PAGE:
# Need help on some algebra quadratic applicationsAt a carnival, a new attraction allows contestants to jump off a springboard onto a platform to be launched vetically into the air. The object is to...

Need help on some algebra quadratic applications

At a carnival, a new attraction allows contestants to jump off a springboard onto a platform to be launched vetically into the air. The object is to ring a bell located 20 ft overhead. The contestants height in feet, from the springboard is modeled by the function d(t)=-16t^2 - bt +20, where t is the time in seconds after leaving the platform, and b is the takeoff velocity from the platform.

If someone has a velocity of 32ft/sec, will they be able to ring the bell?

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### 1 Answer

The equation is corrected to d(t) = -16t^2+bt+20, as the velocity is upwards is taken as positive.

So when t= 0, d(0) = 20 ft which is platform height.

The height to which a person jumps is given by d(t) = -16t^2+bt+20, where t is the time duration of the jump.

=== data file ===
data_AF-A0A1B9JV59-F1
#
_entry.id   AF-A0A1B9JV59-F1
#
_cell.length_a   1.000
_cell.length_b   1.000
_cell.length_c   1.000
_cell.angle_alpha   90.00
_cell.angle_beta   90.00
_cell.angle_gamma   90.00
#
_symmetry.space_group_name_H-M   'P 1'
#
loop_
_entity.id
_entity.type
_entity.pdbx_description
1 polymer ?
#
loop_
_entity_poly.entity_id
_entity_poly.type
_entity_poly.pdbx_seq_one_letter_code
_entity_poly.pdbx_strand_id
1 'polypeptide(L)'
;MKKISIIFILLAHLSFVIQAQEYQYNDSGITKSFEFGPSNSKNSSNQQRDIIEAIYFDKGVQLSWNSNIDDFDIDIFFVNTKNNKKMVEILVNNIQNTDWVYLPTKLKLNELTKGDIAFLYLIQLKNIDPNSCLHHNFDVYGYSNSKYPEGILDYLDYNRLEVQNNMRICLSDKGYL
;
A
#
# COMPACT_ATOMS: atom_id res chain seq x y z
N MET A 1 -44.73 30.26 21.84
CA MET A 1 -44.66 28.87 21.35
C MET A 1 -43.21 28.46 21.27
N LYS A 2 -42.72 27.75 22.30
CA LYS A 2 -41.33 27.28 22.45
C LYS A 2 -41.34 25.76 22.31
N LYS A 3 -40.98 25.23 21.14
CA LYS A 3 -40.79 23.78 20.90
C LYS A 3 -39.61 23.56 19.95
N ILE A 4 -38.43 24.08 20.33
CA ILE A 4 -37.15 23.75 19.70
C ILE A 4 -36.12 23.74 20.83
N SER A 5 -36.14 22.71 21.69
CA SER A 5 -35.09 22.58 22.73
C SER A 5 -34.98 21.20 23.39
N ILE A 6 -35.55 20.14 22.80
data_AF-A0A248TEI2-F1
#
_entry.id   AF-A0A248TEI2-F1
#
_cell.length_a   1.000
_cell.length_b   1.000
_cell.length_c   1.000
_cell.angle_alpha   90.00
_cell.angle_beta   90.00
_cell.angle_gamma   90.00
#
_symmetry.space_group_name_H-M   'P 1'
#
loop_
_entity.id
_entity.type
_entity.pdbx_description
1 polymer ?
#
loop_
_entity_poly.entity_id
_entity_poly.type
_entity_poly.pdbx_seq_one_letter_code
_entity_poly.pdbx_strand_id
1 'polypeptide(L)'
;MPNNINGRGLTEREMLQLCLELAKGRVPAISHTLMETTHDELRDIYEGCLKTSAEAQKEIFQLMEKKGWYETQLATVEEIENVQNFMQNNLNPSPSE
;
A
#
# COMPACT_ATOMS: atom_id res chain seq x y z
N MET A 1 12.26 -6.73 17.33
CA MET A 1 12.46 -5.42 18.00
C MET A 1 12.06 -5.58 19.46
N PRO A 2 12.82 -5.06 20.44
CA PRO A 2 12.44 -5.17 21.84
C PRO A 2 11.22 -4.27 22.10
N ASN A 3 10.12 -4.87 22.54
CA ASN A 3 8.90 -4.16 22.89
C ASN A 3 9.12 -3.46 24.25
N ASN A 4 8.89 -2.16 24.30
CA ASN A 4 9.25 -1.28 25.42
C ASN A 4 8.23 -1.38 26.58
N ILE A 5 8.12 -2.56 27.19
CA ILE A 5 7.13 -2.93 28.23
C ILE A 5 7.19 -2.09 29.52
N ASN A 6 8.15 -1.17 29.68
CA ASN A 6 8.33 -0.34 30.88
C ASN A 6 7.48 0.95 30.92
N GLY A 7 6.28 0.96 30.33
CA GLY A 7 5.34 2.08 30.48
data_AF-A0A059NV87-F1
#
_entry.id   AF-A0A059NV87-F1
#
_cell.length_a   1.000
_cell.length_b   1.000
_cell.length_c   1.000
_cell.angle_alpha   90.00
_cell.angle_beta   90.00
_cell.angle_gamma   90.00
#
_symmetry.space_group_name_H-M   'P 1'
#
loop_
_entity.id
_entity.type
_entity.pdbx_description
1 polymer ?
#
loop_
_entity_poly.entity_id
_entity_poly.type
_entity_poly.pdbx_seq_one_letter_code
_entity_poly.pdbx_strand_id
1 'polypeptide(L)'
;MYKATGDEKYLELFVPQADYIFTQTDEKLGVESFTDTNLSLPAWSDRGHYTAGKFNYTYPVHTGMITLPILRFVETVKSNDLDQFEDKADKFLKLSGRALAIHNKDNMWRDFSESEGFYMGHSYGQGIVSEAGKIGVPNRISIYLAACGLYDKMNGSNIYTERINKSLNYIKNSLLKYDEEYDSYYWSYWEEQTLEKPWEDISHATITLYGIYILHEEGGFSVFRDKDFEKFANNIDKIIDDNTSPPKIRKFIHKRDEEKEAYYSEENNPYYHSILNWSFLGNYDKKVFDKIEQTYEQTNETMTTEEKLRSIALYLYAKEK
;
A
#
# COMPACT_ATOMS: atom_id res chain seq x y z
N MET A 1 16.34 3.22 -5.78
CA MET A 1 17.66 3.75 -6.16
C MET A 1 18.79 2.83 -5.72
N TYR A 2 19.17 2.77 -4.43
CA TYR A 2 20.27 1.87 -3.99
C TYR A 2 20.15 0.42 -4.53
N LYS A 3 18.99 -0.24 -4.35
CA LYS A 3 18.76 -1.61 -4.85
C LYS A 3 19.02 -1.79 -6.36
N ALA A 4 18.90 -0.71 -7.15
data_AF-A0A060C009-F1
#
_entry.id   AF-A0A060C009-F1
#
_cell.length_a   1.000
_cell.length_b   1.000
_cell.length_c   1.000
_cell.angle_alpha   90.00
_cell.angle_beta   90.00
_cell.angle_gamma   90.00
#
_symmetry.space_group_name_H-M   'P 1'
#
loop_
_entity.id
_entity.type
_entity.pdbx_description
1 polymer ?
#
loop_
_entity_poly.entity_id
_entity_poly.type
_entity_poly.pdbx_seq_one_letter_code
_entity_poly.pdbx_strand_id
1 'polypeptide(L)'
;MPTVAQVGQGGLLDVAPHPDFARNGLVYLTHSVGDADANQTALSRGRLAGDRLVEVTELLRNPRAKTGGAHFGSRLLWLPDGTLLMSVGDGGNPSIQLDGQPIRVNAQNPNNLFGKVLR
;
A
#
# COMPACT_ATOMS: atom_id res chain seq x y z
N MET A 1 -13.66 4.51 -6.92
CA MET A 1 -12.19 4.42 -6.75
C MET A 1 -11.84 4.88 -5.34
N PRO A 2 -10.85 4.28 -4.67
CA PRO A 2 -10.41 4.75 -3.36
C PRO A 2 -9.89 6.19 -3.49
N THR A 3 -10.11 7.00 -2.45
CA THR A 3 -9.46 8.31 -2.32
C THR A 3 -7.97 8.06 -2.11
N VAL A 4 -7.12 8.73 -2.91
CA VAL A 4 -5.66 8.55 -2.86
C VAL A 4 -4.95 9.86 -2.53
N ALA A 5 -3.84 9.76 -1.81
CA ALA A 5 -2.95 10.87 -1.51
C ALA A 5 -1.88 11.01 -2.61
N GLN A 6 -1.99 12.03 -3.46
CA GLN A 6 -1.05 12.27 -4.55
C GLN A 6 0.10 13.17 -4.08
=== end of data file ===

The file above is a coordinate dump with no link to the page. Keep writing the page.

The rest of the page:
Since the bell is overhead at 20ft, it must be at 20 ft above the platform. So d(t) = 40 ft at some time t during the jump.

Where b = take of velocity.

d(t) = -16t^2+bt+20.

d'(t) = -32t+b.

So d'(t) = 0, when 32t + b = 0. Or t = b/32 = 32/32 = 1 second.

So with the initial velocity of 32 feet/sec, the contestant attains the final velocity of zero ft/sec after one 1 second.

Since the bell is at 20 ft overhead, it is 20 feet above the platform (or 40 above the ground).

d(1) = jump in 1 second, b = 32ft/sec. So we substitute the values in the equation: d(t) =-16^2+32t+20.

d(1) = -16*1^2+32*1+20 = 36ft, which less than 40ft.

So the contestant will not attain the height of 40ft with the initial velocity of 32 ft from the springboard. He can only attain a maximum heght of 36 ft after which he falls.